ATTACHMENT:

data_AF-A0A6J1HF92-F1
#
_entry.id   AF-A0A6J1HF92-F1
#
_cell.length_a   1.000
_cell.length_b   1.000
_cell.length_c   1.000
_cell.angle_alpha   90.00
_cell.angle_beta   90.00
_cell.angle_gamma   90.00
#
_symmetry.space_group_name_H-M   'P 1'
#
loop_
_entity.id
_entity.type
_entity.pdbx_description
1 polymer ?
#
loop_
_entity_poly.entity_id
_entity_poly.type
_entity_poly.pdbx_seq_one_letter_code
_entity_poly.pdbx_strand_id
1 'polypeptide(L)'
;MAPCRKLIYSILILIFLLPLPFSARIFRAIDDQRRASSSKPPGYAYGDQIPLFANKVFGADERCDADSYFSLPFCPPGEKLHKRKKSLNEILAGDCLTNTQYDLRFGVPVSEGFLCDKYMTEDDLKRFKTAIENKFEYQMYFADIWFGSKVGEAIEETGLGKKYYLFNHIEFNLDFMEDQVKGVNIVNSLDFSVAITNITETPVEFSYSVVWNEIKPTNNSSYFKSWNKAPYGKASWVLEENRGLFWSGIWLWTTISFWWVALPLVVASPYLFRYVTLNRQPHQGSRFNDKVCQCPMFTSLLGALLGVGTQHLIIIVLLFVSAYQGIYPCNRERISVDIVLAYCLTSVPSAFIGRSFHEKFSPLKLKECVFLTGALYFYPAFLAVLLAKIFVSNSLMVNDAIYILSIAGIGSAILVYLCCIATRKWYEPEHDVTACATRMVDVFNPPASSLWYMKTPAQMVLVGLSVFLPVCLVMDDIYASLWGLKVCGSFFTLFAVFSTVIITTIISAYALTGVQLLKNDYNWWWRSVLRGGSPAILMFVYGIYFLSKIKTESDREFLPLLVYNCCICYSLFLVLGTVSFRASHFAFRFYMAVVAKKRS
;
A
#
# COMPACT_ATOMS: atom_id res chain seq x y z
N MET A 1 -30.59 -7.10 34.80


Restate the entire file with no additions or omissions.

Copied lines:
data_AF-A0A6J1HF92-F1
#
_entry.id   AF-A0A6J1HF92-F1
#
_cell.length_a   1.000
_cell.length_b   1.000
_cell.length_c   1.000
_cell.angle_alpha   90.00
_cell.angle_beta   90.00
_cell.angle_gamma   90.00
#
_symmetry.space_group_name_H-M   'P 1'
#
loop_
_entity.id
_entity.type
_entity.pdbx_description
1 polymer ?
#
loop_
_entity_poly.entity_id
_entity_poly.type
_entity_poly.pdbx_seq_one_letter_code
_entity_poly.pdbx_strand_id
1 'polypeptide(L)'
;MAPCRKLIYSILILIFLLPLPFSARIFRAIDDQRRASSSKPPGYAYGDQIPLFANKVFGADERCDADSYFSLPFCPPGEKLHKRKKSLNEILAGDCLTNTQYDLRFGVPVSEGFLCDKYMTEDDLKRFKTAIENKFEYQMYFADIWFGSKVGEAIEETGLGKKYYLFNHIEFNLDFMEDQVKGVNIVNSLDFSVAITNITETPVEFSYSVVWNEIKPTNNSSYFKSWNKAPYGKASWVLEENRGLFWSGIWLWTTISFWWVALPLVVASPYLFRYVTLNRQPHQGSRFNDKVCQCPMFTSLLGALLGVGTQHLIIIVLLFVSAYQGIYPCNRERISVDIVLAYCLTSVPSAFIGRSFHEKFSPLKLKECVFLTGALYFYPAFLAVLLAKIFVSNSLMVNDAIYILSIAGIGSAILVYLCCIATRKWYEPEHDVTACATRMVDVFNPPASSLWYMKTPAQMVLVGLSVFLPVCLVMDDIYASLWGLKVCGSFFTLFAVFSTVIITTIISAYALTGVQLLKNDYNWWWRSVLRGGSPAILMFVYGIYFLSKIKTESDREFLPLLVYNCCICYSLFLVLGTVSFRASHFAFRFYMAVVAKKRS
;
A
#
# COMPACT_ATOMS: atom_id res chain seq x y z
N MET A 1 -30.59 -7.10 34.80